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Thursday, 1 June, 2000, 12:54 GMT 13:54 UK
Schools may get their own funding
By Gary Eason at the NAHT conference in Jersey
The education secretary is proposing that money for schools in England should be allocated directly to them instead of to local education authorities.
The move would go a long way towards ending the annual row over whether or not councils pass on to schools the money ministers intend them to have.
But councils say many schools could end up worse off if this leads to a simplified national funding formula.
The idea is one of a range of options that will be in a government consultation document on the funding system, to be published later in the year.
These were outlined by the Education Secretary, David Blunkett, when he addressed the National Association of Head Teachers' annual conference on Thursday morning.
He said the aim is to remove the worst of the disparities in the present system - under which schools get very different amounts to spend per pupil because they fall in different local education authority areas.
The option he favoured involved separating school and local education authority (LEA) budgets.
The idea is a natural extension of Labour's "fair funding formula" for schools which has already given heads greater control over some aspects of their budgets.
It builds on the initiative announced in this year's Budget, when head teachers were given grants of up to £50,000 apiece to spend as they wished on things that would raise educational standards.
LEAs would get their own central government grants for the functions they carry out.
These include co-ordinating provision for pupils with learning difficulties, providing school transport, turning round failing schools and overseeing admissions.
Mr Blunkett repeated that these would have to be carried out by an alternative structure even if LEAs were abolished, as some would like.
But the challenge was to get more transparent funding arrangements.
"So that when we say we have allocated an additional 8% to schools this year, schools can see where it's come from and where it's going to."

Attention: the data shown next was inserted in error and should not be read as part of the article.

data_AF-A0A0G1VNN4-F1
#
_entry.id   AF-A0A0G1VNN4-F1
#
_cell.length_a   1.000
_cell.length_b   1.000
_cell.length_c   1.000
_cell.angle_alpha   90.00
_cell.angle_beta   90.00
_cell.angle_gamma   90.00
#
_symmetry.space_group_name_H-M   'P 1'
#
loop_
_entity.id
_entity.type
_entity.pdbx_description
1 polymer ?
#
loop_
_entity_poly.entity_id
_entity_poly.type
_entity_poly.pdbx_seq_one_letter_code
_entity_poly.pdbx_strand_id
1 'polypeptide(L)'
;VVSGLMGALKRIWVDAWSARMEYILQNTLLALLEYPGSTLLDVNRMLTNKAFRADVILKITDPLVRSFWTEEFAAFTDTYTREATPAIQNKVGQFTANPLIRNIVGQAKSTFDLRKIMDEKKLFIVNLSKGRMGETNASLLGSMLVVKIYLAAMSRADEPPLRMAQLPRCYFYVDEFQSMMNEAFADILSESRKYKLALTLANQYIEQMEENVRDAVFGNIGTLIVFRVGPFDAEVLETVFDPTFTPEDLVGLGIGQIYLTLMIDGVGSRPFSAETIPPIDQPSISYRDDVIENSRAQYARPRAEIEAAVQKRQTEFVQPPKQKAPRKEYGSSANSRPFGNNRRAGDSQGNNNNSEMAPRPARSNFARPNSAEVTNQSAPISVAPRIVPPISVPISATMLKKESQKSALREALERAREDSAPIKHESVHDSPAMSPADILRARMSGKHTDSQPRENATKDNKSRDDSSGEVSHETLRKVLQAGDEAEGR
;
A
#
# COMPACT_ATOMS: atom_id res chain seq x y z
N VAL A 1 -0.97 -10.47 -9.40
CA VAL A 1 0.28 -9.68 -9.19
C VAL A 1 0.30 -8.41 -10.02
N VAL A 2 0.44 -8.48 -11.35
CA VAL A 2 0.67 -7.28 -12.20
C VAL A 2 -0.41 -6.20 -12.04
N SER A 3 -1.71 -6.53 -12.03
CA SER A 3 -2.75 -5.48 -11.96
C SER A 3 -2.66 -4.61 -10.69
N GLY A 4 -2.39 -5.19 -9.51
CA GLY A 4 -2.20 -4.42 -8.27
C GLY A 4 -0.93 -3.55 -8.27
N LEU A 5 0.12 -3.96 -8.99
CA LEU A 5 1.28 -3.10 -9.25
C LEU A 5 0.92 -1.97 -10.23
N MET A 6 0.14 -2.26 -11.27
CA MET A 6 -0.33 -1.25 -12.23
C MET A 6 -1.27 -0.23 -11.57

If education authorities wanted to top that up from local taxes they would get the credit for it - and if not, the electorate would be able to judge them on it.
"It seems to us if we do that everybody will get something out of it," he said. "This is not a knocking job against education authorities."
He told journalists afterwards that he thought the money for schools would continue to be distributed via education authorities, but untouched. They were best placed to take account of detailed local requirements.
"The idea of inventing an agency to do all those things nationally for 24,000 schools leaves me cold," he said.
The announcement went down well with the audience of heads and deputies. The union's general secretary, David Hart, said he was "delighted".
"A redefinition of the roles of schools and local education authorities is long overdue," he said.
It was the authorities' duty to provide services which schools could choose to "buy into" or not.
It was close to a return of grant-maintained schools - the centrally-funded "opt out" schools introduced by the Conservatives and abolished under Labour.
Worries over local need
The Local Government Association's education chairman, Graham Lane, said he welcomed the principle and agreed there needed to be a debate on future funding.
"But the devil may be in the detail," he said.
He is worried that the result might be a national funding formula which did not take account of local need.
"To fund schools in Knowsley the same as you do in West Sussex would not be very helpful to raising standards in Knowsley," he said.
Dave Wilcox, the LGA's education finance chairman, said LEAs currently raised around £500m each year for schools on top of their annual budgets set by Whitehall.
He said Mr Blunkett's proposal "will depend on whether the government puts in that £500m itself."
Theresa May, the Shadow Education Secretary, said: "Heads want all their budgets and the power to spend it, not just a promise of consultation.
"It is the Conservatives that will give all schools their budgets directly, all of their budgets, not just some of it, as Mr. Blunkett proposes.
"It is the Conservatives who will set schools free from Whitehall control. David Blunkett is increasing it."
Cutting red tape
Mr Blunkett also proposed a streamlining of the Standards Fund - which gives extra money to schools and LEAs which make successful bids.
The types of grants available would go down from 44 to just six broad categories. And schools which did get the money would be able to carry it over from one financial year to the next, instead of the present "use it or lose it" system.
And he gave a guarantee that the documents his department sends to schools will be cut by one third in the next school year.
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